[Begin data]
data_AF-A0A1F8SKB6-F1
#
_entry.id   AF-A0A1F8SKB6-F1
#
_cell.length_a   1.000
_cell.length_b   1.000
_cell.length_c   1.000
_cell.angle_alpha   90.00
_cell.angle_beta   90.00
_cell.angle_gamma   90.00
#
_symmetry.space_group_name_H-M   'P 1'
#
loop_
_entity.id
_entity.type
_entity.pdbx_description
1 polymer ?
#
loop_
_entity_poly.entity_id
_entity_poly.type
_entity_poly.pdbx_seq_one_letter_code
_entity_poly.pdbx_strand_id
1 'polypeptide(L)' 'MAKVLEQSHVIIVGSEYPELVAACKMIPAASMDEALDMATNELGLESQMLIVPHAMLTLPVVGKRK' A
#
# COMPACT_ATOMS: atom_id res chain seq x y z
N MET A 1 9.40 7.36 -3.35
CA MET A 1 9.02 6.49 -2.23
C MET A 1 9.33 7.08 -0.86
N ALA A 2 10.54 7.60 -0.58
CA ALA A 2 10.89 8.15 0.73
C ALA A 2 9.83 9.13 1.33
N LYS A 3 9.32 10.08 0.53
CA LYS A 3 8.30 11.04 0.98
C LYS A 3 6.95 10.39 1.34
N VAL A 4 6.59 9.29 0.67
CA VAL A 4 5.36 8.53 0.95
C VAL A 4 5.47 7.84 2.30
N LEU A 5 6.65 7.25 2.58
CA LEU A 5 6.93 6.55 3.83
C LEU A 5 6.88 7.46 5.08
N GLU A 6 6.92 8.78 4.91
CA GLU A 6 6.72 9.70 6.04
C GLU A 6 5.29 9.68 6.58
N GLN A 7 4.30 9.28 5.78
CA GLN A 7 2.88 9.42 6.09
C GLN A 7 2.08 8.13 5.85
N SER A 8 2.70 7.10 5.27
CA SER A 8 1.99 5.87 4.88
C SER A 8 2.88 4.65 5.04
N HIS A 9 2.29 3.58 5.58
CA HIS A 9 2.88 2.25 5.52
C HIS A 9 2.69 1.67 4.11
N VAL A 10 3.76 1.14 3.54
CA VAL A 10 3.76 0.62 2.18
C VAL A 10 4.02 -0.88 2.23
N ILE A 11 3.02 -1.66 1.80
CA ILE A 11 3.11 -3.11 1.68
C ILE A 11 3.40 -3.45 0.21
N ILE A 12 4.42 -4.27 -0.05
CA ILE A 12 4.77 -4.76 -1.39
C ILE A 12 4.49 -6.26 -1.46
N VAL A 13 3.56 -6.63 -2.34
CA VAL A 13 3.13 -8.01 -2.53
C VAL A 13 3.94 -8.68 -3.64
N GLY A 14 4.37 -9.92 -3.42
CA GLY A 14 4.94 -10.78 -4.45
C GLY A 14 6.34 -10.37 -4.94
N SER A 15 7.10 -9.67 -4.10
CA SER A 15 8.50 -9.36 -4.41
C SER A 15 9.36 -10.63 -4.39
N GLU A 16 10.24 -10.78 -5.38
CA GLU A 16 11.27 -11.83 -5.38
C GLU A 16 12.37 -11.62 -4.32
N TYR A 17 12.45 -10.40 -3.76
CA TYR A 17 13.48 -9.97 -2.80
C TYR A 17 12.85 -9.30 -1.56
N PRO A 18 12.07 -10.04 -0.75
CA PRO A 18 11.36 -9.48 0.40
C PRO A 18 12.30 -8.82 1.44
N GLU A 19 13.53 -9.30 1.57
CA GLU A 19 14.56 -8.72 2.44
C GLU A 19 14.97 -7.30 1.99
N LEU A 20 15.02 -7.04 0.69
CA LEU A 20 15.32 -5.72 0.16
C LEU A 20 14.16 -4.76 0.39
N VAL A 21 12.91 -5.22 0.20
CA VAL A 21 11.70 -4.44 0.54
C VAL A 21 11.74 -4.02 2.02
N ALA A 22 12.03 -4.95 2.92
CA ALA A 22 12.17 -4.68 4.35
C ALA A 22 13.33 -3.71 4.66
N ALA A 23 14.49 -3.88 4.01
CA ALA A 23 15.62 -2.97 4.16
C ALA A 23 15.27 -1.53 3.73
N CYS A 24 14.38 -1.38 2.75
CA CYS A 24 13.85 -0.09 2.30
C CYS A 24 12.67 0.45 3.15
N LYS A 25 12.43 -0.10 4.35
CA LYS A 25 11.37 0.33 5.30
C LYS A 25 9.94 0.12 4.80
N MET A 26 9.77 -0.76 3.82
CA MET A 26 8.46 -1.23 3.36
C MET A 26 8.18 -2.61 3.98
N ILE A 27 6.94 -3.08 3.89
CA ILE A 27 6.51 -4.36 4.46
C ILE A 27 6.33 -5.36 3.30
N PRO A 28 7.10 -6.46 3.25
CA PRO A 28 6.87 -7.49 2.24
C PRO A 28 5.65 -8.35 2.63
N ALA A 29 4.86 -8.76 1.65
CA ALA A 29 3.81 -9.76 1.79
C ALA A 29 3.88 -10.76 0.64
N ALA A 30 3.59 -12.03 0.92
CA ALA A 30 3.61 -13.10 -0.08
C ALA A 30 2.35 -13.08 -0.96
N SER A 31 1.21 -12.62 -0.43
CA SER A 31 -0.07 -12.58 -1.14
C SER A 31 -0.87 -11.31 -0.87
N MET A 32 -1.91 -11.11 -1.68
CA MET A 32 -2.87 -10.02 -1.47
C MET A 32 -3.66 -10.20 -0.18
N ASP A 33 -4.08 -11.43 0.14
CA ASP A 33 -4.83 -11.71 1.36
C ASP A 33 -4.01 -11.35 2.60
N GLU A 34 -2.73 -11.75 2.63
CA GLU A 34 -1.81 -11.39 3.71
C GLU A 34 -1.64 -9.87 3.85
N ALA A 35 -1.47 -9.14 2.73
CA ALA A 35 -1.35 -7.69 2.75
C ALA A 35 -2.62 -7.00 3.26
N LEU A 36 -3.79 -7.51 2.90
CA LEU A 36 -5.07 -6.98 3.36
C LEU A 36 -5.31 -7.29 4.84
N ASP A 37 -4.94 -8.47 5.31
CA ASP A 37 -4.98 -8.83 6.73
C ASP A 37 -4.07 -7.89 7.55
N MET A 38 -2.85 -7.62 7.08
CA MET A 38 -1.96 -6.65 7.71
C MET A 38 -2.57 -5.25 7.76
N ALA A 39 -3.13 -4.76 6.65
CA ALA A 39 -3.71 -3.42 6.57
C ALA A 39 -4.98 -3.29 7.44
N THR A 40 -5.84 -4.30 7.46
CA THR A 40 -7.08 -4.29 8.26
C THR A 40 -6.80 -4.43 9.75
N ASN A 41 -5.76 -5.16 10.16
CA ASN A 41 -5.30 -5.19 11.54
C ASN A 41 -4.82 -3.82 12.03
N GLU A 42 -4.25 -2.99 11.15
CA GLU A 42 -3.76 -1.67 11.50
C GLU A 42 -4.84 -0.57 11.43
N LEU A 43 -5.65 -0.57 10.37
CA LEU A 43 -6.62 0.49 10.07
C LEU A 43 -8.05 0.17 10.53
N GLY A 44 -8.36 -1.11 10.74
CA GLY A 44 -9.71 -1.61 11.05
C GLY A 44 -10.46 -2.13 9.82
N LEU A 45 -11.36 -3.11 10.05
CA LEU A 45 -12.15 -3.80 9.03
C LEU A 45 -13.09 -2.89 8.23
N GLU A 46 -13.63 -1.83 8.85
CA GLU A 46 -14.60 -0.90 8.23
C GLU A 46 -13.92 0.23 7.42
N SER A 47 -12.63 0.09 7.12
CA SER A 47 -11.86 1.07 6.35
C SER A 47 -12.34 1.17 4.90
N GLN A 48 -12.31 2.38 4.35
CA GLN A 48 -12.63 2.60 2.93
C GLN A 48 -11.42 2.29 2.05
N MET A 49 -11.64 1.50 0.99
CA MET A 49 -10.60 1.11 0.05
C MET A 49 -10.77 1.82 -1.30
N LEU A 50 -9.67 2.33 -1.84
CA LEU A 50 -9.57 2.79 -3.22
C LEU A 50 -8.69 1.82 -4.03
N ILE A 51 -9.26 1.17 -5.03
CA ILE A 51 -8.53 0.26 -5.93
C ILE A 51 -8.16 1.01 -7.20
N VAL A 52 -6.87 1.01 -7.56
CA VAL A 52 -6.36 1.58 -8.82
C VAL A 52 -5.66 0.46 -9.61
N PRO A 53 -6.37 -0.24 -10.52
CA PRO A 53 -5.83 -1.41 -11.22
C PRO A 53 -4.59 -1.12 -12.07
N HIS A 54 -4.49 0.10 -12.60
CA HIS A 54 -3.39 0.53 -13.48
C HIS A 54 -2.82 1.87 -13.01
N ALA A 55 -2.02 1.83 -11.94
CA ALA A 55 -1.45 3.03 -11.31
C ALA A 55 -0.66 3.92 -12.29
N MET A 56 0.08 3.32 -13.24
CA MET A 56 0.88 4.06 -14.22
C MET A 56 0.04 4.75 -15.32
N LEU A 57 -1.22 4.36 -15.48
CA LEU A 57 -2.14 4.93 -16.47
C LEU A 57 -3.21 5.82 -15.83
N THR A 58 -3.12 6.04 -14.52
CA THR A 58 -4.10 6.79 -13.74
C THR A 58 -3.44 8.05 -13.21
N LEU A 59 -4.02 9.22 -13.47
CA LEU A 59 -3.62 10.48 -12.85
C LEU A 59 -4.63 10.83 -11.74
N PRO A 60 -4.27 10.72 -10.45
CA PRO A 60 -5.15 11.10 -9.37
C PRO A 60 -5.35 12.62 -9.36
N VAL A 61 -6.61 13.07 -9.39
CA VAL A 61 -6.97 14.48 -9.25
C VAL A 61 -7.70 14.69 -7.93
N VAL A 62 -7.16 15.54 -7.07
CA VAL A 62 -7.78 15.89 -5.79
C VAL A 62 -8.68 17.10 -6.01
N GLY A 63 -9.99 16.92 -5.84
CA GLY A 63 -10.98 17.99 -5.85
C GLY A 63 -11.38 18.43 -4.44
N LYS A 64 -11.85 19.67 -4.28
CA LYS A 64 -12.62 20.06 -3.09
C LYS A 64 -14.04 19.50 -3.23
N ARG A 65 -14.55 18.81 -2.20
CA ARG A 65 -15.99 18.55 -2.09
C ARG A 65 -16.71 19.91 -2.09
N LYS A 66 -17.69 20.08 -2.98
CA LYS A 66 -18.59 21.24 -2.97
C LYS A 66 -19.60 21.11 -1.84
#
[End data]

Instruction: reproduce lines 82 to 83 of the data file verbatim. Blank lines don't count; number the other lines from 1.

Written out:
N GLU A 19 13.53 -9.30 1.57
CA GLU A 19 14.56 -8.72 2.44